American Sociological Association

Review Essays: Bully Nation and Our Current Predicament

The publication of Bully Nation in 2016 could not have been more timely. Its release came as the United States witnessed acts of domestic terrorism and mass shootings, a rash of video-recorded police killings of unarmed African American men, and the successful presidential bid of a candidate whose campaign engaged in unprecedented acts of intimidation and personal abuse of political rivals, including threats of incarceration and political assassination of his opponent in the general election. These events constitute a challenge not only to the very political fabric of the United States but perhaps also to ingrained habits of analysis and thought of social scientists. In this respect, Bully Nation is an ambitious book that attempts to widen the contours of current public discussions of the forms of coercion and intimidation popularly called “bullying” in the United States that the authors contend are limited all too often to childhood, the institutional settings of primary and secondary schools, and the narrow parameters of the psychological sciences.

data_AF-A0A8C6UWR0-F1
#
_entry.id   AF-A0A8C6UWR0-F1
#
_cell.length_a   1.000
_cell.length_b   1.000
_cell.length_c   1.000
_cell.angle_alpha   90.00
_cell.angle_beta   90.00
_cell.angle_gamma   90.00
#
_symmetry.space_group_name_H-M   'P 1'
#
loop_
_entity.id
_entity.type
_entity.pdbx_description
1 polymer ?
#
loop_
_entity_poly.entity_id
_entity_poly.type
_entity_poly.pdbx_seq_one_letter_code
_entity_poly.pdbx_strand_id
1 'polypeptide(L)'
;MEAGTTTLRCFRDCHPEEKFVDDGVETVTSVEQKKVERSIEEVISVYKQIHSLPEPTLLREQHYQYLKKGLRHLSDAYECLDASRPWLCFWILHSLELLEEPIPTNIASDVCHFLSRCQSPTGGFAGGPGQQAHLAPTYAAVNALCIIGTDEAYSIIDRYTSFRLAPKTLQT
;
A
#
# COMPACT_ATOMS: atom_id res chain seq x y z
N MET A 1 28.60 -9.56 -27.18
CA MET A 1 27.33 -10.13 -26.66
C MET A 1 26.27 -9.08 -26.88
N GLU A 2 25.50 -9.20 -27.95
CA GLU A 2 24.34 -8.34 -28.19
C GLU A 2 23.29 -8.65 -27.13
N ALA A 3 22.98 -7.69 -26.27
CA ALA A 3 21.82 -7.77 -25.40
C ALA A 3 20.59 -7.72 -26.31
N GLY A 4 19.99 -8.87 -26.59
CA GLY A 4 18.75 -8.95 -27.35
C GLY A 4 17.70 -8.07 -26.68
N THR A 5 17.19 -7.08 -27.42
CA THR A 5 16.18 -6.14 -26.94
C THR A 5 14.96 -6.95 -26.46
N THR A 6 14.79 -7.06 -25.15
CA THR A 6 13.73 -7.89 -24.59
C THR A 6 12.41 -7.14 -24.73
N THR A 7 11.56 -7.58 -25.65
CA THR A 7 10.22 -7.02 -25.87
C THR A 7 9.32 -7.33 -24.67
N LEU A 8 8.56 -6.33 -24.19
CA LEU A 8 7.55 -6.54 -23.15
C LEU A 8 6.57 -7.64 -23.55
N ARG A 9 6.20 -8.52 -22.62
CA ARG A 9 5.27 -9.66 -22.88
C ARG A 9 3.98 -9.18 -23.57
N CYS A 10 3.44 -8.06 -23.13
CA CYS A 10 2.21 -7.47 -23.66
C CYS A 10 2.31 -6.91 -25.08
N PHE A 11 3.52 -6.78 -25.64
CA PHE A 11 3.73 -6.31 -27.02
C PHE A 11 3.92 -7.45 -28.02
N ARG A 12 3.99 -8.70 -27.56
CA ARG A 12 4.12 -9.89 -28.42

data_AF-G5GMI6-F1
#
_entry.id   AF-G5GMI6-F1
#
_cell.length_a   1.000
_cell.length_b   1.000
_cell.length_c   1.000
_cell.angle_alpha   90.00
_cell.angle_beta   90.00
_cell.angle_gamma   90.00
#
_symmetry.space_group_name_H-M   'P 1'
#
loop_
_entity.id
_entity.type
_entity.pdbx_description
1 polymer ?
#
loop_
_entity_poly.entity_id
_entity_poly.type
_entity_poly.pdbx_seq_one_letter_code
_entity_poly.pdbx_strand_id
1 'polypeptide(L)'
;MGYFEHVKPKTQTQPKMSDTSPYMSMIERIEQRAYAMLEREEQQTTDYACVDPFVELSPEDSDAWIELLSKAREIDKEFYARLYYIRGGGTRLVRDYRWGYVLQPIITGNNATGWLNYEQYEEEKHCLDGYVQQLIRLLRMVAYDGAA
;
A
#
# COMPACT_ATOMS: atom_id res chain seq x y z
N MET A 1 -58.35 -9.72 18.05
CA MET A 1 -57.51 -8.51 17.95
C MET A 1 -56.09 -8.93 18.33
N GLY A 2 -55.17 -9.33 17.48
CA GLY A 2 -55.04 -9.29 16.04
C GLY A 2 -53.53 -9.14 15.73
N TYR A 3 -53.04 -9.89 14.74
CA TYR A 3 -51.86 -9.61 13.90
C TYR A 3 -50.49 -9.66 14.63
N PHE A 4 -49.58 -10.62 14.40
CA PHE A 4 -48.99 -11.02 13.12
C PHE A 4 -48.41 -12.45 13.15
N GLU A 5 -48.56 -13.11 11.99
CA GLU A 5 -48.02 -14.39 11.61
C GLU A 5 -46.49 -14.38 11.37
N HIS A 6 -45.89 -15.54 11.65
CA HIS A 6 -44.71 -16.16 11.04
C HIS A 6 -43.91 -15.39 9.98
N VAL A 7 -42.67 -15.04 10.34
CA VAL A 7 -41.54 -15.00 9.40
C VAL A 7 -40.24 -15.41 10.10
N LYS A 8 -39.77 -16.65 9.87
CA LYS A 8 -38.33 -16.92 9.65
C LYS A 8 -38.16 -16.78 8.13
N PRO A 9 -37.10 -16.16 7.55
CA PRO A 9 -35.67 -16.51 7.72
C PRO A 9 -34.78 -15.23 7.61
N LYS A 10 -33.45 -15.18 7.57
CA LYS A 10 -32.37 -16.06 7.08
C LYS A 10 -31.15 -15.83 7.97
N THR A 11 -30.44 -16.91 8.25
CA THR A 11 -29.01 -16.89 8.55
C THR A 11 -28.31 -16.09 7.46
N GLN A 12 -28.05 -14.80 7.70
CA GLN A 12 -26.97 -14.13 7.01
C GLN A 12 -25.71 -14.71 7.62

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Roddey Reid





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